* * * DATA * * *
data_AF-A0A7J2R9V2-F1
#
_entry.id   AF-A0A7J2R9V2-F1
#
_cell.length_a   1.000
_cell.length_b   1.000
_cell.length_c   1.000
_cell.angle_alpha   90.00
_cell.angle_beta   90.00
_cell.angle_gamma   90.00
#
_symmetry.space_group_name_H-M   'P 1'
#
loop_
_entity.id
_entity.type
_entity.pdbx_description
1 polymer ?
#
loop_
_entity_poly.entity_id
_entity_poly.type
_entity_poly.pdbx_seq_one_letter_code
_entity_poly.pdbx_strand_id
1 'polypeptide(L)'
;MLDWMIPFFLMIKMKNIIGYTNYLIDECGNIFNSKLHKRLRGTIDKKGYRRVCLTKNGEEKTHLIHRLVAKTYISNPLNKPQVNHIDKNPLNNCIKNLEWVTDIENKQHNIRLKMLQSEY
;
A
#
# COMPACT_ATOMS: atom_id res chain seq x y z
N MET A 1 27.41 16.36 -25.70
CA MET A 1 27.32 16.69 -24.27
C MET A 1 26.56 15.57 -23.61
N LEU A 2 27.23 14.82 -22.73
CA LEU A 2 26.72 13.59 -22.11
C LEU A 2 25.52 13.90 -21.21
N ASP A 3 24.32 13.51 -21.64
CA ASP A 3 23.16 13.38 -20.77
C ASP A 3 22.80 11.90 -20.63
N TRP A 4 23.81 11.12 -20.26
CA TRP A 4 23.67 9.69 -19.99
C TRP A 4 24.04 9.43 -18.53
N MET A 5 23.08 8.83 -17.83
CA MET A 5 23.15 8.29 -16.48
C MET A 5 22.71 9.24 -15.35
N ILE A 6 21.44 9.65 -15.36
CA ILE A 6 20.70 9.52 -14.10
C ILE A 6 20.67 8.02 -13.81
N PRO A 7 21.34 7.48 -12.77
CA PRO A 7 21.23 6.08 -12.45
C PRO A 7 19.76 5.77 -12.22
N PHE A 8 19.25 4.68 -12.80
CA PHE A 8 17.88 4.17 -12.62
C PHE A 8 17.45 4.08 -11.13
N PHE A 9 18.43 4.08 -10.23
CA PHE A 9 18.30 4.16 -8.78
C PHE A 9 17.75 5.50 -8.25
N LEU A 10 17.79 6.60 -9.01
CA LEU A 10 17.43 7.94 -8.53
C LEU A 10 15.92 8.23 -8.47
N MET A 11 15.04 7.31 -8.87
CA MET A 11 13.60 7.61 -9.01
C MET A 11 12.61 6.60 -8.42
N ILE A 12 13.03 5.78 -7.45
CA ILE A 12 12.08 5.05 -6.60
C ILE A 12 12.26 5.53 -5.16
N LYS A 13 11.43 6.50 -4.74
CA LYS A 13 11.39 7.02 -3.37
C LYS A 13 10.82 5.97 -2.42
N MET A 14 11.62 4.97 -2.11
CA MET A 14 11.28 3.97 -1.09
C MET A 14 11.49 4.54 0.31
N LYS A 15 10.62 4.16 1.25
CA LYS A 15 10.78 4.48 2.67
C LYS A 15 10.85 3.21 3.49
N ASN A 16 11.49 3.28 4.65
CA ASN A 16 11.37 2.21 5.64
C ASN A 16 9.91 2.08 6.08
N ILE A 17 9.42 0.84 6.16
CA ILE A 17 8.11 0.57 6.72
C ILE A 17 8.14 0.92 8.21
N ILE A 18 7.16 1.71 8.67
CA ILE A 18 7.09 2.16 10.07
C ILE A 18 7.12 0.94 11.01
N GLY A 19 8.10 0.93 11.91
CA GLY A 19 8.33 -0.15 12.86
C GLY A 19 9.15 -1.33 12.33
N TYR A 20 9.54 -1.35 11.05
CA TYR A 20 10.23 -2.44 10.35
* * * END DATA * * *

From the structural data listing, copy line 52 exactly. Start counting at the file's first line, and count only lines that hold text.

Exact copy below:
N PHE A 8 19.25 4.68 -12.80